The lamest argument possible against blogging has also been taken by Boutin – that your posts will invite numerous ‘insult commentor’. Am sure no one takes that seriously. The walls on facebook are generally more susceptible to being defaced than your blogs by ‘insult commenter’. Another one of his thoughts is that the text based medium fades before the new media on internet. Meaning YouTube makes blogging rediculous. Where he absolutely leaves me bowled is when he says that “Twitter — which limits each text-only post to 140 characters — is to 2008 what the blogosphere was to 2004“. How do you answer that? Smirk.

Finally he discourages you by putting you up to compete with Huffington Post and New York Times blogs, as if you ever ventured out onto the internet intending to do that. What he completely misses out is that the real attraction of blogging is to see some decent writing on relevant ideas and stuff by people not looking to gain anything out of it, which in turn guarantees a reader an honest opinion. Twitter, Facebook, YouTube or any of those (great) new things around can never take that away from blogging.

I have been a blogger more for personal satisfaction than anything else and therefore, most of the times, very irregular. I am neither a student nor an expert on the ‘phenomenon of blogging’ or social networking. However, i have used blogs as well as each one of the networking sites Boutin thinks of and I see no merit in anything he says. But maybe some of you who have been out there longer and more often may shed more light on to it?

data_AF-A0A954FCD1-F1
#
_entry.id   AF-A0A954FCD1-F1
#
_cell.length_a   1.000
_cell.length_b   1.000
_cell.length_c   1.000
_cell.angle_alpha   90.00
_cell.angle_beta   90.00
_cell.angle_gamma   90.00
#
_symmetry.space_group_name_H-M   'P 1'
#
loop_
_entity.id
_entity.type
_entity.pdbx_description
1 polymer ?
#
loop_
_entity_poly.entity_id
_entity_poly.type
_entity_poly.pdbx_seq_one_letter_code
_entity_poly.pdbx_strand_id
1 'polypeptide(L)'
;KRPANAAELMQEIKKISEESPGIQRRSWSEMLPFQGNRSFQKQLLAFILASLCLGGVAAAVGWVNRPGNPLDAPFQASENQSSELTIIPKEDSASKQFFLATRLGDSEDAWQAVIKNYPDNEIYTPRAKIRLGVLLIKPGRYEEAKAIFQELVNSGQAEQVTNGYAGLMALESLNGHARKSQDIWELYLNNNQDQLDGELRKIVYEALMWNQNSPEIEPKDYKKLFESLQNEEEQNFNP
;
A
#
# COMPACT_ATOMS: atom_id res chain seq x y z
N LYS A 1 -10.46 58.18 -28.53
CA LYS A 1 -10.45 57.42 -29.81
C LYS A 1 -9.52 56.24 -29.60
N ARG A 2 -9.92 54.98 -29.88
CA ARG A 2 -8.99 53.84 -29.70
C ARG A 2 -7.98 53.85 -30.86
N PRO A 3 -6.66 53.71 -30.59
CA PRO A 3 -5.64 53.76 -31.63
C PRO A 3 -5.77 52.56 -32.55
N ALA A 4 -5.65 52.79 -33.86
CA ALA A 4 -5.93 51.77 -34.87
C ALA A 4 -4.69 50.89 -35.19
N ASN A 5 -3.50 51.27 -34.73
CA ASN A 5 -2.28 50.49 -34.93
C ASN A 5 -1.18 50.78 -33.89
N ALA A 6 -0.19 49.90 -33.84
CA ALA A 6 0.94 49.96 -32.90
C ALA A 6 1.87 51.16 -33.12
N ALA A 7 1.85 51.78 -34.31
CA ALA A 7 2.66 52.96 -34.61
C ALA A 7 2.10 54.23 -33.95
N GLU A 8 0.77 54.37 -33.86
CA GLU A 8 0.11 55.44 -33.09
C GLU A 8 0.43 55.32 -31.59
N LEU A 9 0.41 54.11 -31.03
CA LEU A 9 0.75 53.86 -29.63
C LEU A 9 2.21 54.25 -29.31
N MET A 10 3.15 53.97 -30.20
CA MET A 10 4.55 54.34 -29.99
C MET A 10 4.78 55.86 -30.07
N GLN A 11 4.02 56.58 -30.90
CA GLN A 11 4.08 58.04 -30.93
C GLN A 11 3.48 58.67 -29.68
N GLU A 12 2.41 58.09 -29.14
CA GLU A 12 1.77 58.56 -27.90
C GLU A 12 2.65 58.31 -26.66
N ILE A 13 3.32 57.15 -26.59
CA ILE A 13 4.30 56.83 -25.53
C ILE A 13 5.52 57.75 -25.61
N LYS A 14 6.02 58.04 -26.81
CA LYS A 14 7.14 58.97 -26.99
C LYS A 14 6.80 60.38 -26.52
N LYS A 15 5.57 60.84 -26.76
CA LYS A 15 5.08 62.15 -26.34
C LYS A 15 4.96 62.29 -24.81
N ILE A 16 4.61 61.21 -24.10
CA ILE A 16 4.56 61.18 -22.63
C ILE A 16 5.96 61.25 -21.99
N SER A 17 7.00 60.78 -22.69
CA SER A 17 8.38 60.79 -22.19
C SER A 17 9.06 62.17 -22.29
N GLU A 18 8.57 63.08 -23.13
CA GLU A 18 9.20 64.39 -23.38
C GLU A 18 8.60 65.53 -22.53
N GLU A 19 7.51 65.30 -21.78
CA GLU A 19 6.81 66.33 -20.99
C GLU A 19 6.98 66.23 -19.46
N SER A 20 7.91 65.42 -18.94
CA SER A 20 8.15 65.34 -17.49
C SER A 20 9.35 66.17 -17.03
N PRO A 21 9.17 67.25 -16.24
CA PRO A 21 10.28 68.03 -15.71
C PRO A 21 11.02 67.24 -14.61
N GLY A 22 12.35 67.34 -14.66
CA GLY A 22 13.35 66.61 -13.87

The White Tiger of Indian Fiction

The blogosphere is going to flood soon, if not already, with criticism of all kinds of the Booker 2008 winner. I am sure about it because, in the nature of things, critics are always more vocal than appreciators. I am not here to argue whether or not Aravind Adiga’s book was the best of 2008 but to tell you why, for entirely different reasons, I rejoice his success.

Despite being an Indian, I am mostly skeptic of all English language Indian literature – simply because, most often I fail to connect and even more often I can see through the false portrayal and pointless criticism. Why does everyone have to portray India as the land of poverty and misery alone? I have held this belief that Indian authors play to the galleries abroad by portraying that picture of India which they (foreigners) are most comfortable with. When I picked the White Tiger around a couple of months back, I was loaded with the intent to read and blast it off as an illogical portrayal of India. 30 pages down, I was seething to attack; but by the time I finished the novel, I was wondering about many things Indian that we had taken for granted. Small questions of life that have no answers but every minute spent pondering over them makes life even more worth the trouble. If a book achieves that, I thought, it’s a winner, Booker or no Booker.

What Adiga acheives in the book is a difficult combination of thought provoking literary fiction without being preachy. The style of the narrative as well as the idea behind the novel are as original as could be. The plot is definitely not its strong point, niether are the characters such that you might remember them for life, but the novel will haunt you for long, if you happen to get the central idea.